Johnston embarks on 400-mile walk to honor Dr. King

Published 3:55 pm Saturday, February 24, 2018

Ken Johnston, a 57-year old man from Massachusetts who has never visited Alabama, has come to Selma to begin a 400-mile walk to Memphis, Tennessee, to participate in the ceremonies commemorating the 50th anniversary of Dr. Martin Luther King Jr.’s assassination.

His “Walk to Freedom,” which he will begin on Sunday, Feb. 25 after service at Brown Chapel A.M.E. Church is an awareness campaign to celebrate the life of Dr. King and bring attention to the health benefits of walking.

“Throughout American History, especially African-American history, walking has punctuated major social-change events, but it didn’t improve our physical overall health,” Johnston said in a news release.

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He hopes that his walk will open discussions and encourage people to consider a more active lifestyle. And walking, is an easy way to start.

Johnston’s “Walk to Freedom” will follow the U.S. Civil Rights Trail from Selma to Montgomery, then trace the Underground Railroad up through Birmingham and on to Memphis. He’ll cross 18 counties and 28 townships on his way through Alabama, Mississippi and Tennessee. His goal is to cover approximately 100 miles a week in order to make it into Memphis by April 2 for the MLK50: Where Do We Go From Here? Symposium, where he’s scheduled to speak.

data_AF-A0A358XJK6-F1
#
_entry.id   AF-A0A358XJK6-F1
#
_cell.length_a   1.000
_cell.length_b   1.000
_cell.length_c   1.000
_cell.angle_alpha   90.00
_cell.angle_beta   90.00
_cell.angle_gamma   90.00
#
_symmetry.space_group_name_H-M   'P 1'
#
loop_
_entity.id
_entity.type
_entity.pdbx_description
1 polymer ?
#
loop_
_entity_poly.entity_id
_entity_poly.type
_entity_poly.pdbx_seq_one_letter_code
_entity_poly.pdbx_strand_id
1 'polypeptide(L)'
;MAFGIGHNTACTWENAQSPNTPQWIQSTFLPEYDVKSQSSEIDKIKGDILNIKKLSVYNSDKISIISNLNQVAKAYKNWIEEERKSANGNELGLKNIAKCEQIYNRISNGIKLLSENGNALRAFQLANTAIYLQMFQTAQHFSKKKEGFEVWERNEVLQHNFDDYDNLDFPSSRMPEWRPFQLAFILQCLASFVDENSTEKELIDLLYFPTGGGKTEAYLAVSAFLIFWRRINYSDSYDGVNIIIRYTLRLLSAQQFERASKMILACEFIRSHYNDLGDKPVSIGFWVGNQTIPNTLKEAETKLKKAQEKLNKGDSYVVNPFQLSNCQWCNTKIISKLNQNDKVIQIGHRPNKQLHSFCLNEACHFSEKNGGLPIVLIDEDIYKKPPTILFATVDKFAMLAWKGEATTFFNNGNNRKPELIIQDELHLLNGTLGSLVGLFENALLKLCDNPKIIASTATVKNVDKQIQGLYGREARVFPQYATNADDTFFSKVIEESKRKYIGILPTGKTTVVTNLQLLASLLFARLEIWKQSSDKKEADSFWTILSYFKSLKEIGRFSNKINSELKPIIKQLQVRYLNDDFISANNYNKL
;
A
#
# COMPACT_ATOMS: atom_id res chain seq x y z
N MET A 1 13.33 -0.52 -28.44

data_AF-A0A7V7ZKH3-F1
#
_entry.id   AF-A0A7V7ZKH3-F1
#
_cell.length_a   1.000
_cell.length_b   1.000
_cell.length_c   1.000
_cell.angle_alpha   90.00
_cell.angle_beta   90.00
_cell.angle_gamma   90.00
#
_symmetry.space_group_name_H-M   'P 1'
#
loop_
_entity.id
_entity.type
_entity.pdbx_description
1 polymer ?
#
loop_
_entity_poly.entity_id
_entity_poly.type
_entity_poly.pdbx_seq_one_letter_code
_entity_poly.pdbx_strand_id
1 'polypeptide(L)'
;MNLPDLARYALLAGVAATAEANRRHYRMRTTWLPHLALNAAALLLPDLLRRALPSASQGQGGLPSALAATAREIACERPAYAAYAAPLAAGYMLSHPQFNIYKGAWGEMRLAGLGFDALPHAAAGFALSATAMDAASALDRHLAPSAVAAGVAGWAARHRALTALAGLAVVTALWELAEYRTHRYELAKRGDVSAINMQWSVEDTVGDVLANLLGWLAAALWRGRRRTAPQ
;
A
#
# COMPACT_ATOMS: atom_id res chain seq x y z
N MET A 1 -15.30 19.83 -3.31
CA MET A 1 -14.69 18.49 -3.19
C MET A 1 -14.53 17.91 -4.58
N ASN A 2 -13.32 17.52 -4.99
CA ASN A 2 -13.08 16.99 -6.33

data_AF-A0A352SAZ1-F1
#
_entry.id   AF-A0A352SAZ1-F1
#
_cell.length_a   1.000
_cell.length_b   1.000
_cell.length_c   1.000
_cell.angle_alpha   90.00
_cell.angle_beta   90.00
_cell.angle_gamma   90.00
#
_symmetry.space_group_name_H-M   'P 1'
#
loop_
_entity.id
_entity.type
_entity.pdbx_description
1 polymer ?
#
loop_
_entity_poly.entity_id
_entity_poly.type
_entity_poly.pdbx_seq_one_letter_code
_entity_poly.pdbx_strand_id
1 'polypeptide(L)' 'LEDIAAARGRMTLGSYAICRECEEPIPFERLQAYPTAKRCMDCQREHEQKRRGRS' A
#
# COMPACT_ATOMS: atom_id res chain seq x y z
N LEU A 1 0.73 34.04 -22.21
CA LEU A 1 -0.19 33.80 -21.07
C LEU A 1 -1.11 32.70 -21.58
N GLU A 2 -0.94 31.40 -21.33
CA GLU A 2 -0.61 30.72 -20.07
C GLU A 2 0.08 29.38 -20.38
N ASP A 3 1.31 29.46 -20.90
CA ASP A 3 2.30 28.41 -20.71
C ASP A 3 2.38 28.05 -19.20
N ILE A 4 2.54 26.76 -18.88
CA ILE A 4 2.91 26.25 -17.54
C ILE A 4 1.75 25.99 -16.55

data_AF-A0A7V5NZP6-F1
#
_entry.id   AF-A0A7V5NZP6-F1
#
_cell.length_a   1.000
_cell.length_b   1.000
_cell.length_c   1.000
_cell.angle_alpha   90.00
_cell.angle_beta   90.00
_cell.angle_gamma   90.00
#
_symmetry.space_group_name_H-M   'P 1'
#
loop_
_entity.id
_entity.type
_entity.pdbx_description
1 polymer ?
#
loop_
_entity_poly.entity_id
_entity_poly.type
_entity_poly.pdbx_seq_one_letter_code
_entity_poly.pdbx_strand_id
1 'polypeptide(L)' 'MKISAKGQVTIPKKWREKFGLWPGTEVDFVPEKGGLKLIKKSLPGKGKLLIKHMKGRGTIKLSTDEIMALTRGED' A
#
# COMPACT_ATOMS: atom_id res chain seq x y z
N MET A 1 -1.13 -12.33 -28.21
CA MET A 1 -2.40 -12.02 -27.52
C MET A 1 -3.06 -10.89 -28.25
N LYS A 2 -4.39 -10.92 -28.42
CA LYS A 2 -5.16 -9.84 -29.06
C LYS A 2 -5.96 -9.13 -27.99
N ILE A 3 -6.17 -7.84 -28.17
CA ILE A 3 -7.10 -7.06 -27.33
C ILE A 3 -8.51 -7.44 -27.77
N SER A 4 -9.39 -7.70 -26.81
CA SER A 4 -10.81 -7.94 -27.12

Johnston will be carrying everything he needs in his backpack on his trek. Even though he’s taking on this challenging task alone, he welcomes anyone who wants to join him for a spell or learn about his journey. He’s willing to stop and meet with churches, schools, organizations and anyone else who is interested in his cause.

“I’m doing this walk to promote movement as part of everyday healthy living,” he said in the release. “I see this journey as generating a series of questions and observations about the barriers that prevent people from enjoying the great outdoors. I look forward to sharing stories about my long-distance walking experience with civic groups and area schools during my walk and upon my return.”

Johnston is prepared for his solo walk, but there are several ways to help contribute to his cause. For more information about his journey and to donate to his cause, visit his blog at

Organizations who wish to invite him to speak to their group or anyone who is willing to serve as a host family during his journey can email him directly at

“I’m trying to network with community groups, schools, churches and individuals in the Selma, Benton and Lowndesboro areas that would be open to serving as a host family for one night only as I journey from Selma to Montgomery,” he stated.

A full profile about Johnston and his incredible journey will be featured later this week.